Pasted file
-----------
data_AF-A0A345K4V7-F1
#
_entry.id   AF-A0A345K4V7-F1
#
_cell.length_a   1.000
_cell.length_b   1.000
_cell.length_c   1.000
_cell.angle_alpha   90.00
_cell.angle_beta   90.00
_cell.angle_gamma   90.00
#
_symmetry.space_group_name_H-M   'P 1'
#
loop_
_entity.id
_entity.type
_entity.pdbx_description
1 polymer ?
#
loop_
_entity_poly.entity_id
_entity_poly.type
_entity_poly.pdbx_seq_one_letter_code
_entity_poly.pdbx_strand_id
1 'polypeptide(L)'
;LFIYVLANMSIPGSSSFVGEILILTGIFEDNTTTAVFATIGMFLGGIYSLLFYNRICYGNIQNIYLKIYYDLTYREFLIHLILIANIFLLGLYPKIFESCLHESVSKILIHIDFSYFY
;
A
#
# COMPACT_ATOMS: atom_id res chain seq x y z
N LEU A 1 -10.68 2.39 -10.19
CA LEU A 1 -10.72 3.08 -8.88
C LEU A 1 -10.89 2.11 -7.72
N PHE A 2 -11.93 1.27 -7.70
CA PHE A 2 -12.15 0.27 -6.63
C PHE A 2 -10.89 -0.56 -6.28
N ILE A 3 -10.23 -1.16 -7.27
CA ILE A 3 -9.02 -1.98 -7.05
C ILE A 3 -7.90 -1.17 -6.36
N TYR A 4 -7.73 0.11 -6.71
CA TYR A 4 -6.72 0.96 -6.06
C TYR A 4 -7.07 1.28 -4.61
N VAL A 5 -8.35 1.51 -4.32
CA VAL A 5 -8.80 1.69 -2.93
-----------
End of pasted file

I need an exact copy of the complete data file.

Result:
data_AF-A0A345K4V7-F1
#
_entry.id   AF-A0A345K4V7-F1
#
_cell.length_a   1.000
_cell.length_b   1.000
_cell.length_c   1.000
_cell.angle_alpha   90.00
_cell.angle_beta   90.00
_cell.angle_gamma   90.00
#
_symmetry.space_group_name_H-M   'P 1'
#
loop_
_entity.id
_entity.type
_entity.pdbx_description
1 polymer ?
#
loop_
_entity_poly.entity_id
_entity_poly.type
_entity_poly.pdbx_seq_one_letter_code
_entity_poly.pdbx_strand_id
1 'polypeptide(L)'
;LFIYVLANMSIPGSSSFVGEILILTGIFEDNTTTAVFATIGMFLGGIYSLLFYNRICYGNIQNIYLKIYYDLTYREFLIHLILIANIFLLGLYPKIFESCLHESVSKILIHIDFSYFY
;
A
#
# COMPACT_ATOMS: atom_id res chain seq x y z
N LEU A 1 -10.68 2.39 -10.19
CA LEU A 1 -10.72 3.08 -8.88
C LEU A 1 -10.89 2.11 -7.72
N PHE A 2 -11.93 1.27 -7.70
CA PHE A 2 -12.15 0.27 -6.63
C PHE A 2 -10.89 -0.56 -6.28
N ILE A 3 -10.23 -1.16 -7.27
CA ILE A 3 -9.02 -1.98 -7.05
C ILE A 3 -7.90 -1.17 -6.36
N TYR A 4 -7.73 0.11 -6.71
CA TYR A 4 -6.72 0.96 -6.06
C TYR A 4 -7.07 1.28 -4.61
N VAL A 5 -8.35 1.51 -4.32
CA VAL A 5 -8.80 1.69 -2.93